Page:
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All of our pets are very special, but some stories are worth sharing because they are unusual or extraordinary. We will highlight special procedures and cases to give you insight to the exciting world of veterinary medicine. Visit this page regularly to share our newest pet stories.


"Miracle Puppy" gets surgery

A beautiful 3 month old Boston Terrier puppy was brought to the animal hospital that was in dire need of a rare surgery. The puppy was born with a defect called persistent right aortic arch (PRAA) which is fatal if uncorrected. This defect causes a series of constricted bands to form above the heart that chokes off the esophagus and blocks any solid food from entering the stomach. These puppies slowly starve to death and often develop pneumonia from the constant vomiting that occurs when these puppies try to eat.

Dr. Andrew Lombardo and Dr. Harvey Yenkinson performed this unusual surgery to correct the defect. The surgery involves opening up the chest cavity and working directly on top of the heart to remove the constricting bands. Technicians Karen Milne and Terry Kehne monitoed the respirations, blood pressure, and oxygen concentration of the blood.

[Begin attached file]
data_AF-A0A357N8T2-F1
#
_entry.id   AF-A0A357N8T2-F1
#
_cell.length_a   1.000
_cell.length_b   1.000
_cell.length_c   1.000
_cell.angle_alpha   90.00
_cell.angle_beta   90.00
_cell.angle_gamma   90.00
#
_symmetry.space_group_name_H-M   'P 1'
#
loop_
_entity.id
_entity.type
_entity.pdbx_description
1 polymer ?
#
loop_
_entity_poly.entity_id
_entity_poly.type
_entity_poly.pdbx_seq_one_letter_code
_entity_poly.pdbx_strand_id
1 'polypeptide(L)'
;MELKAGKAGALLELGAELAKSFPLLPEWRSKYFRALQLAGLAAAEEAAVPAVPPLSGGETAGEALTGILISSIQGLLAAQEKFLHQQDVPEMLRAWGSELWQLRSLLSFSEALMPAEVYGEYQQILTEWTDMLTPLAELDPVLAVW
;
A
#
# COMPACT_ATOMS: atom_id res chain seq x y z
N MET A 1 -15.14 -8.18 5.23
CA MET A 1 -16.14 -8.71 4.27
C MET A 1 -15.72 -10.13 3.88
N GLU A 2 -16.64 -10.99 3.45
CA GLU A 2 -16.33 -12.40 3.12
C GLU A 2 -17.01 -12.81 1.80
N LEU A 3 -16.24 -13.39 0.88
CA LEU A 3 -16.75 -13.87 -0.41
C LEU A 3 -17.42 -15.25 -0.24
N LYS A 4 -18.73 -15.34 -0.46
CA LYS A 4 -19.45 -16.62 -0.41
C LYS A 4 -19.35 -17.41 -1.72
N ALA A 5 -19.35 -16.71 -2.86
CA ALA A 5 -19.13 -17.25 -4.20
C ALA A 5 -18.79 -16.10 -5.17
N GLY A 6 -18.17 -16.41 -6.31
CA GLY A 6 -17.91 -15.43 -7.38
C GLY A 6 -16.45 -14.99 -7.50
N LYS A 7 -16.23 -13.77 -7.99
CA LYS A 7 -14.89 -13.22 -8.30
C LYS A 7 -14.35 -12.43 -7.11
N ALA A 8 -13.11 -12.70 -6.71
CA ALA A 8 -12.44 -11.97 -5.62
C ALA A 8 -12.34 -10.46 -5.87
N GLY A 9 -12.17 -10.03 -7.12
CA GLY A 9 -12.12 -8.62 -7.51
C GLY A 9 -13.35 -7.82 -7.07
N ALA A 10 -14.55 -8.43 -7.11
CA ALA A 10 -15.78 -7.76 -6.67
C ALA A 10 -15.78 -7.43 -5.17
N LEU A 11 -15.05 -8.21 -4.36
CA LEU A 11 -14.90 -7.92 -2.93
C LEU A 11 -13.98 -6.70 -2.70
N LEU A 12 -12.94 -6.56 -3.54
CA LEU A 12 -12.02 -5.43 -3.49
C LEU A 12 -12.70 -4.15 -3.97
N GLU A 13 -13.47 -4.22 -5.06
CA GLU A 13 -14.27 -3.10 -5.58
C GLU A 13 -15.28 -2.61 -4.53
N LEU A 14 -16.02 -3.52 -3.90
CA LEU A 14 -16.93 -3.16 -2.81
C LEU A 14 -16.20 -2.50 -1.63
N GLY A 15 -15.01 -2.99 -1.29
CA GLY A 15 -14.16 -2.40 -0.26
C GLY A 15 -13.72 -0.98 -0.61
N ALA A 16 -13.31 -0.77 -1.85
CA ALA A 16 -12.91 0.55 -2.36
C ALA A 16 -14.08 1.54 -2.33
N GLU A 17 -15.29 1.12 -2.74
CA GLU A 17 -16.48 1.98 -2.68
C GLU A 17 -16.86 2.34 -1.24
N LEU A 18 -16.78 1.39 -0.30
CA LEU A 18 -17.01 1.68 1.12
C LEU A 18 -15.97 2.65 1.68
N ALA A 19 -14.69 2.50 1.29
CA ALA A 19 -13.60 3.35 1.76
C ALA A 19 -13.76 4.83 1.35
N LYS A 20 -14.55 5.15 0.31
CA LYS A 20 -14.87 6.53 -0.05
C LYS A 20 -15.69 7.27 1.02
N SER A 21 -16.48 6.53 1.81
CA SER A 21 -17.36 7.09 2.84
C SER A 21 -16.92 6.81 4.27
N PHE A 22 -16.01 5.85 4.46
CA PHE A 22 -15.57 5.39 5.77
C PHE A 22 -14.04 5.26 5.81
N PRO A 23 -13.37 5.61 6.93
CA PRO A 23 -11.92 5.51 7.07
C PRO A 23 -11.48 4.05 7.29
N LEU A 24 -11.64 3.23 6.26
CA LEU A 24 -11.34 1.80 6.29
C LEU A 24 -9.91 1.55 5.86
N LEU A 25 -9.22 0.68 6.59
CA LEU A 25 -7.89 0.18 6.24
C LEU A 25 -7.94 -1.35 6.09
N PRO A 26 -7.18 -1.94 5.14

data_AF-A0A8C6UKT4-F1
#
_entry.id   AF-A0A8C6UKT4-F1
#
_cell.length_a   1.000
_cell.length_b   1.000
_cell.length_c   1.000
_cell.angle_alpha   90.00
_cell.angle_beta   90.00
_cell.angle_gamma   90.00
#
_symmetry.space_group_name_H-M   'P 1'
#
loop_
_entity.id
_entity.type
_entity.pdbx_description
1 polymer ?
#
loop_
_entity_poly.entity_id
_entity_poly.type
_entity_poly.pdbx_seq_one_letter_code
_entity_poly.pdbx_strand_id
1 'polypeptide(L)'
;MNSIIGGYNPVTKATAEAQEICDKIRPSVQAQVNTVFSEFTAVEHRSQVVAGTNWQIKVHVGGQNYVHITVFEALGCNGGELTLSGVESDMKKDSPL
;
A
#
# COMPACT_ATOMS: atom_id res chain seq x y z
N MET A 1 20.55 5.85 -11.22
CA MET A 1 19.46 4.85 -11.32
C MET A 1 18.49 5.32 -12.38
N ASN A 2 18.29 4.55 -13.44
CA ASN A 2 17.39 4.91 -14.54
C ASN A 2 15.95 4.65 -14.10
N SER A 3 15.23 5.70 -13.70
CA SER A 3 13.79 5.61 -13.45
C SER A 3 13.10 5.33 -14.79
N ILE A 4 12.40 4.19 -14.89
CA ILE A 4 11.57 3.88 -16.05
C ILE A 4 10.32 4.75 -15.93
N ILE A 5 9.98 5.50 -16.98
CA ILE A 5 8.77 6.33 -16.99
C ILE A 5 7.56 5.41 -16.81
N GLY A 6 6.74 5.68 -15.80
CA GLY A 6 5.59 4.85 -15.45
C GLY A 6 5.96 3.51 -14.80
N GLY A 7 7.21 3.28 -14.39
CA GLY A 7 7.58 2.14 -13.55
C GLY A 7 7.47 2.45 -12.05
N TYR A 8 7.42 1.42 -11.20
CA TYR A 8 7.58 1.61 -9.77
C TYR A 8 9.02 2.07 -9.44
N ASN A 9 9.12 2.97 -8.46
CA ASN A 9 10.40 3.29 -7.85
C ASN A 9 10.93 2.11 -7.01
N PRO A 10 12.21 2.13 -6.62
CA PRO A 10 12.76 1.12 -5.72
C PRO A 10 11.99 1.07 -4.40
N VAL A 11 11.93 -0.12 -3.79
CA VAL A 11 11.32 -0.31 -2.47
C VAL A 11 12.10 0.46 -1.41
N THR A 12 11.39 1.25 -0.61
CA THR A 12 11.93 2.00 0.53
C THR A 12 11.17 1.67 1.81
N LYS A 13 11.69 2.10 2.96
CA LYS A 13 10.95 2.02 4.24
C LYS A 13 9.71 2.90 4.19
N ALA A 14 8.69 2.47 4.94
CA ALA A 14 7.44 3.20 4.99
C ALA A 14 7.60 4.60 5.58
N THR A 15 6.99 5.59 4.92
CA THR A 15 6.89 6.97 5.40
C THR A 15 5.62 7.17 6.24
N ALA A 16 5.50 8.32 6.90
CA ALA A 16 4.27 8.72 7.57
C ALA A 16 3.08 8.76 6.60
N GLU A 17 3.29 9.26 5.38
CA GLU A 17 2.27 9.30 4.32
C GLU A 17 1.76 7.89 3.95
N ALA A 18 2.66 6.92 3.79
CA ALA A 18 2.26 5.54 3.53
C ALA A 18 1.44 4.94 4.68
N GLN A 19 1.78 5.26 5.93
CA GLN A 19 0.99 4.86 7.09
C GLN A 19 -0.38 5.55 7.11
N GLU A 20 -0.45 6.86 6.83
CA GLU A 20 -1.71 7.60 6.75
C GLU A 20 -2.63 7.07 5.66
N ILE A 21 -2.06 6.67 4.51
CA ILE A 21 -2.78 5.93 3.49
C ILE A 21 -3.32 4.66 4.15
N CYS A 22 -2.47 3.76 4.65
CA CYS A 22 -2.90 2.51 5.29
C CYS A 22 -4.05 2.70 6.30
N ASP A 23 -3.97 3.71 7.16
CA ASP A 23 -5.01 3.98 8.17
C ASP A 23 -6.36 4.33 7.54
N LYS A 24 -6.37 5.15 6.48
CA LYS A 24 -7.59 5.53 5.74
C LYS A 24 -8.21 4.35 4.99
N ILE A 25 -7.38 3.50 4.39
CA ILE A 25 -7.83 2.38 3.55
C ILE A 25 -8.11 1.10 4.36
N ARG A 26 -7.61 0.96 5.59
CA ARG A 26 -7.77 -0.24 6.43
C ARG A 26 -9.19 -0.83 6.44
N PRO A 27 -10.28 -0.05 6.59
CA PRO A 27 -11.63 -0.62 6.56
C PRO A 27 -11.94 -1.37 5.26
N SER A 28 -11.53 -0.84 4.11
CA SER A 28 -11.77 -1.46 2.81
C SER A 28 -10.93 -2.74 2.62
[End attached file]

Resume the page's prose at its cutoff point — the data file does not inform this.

The procedure took several hours due to the delicate nature of the surgery which requires removal of the PRAA band and several other bands. The surgery must be done without damaging the esophagus, heart, blood vessels, or any of the nerves that course through the chest.

Surgery went well, post op intensive care went well, and the puppy rested well through the nite. The following day the puppy was fed baby food and was recovering well. The following day the puppy continued to thrive and went home on antibiotics and pain medicine.

The owner returned ten days later for suture removal and had a name for her little puppy. She calls the puppy, "MIRACLE PUPPY."

The entire staff was glad to have been able to participate in this rare life saving operation and are glad the puppy is doing well.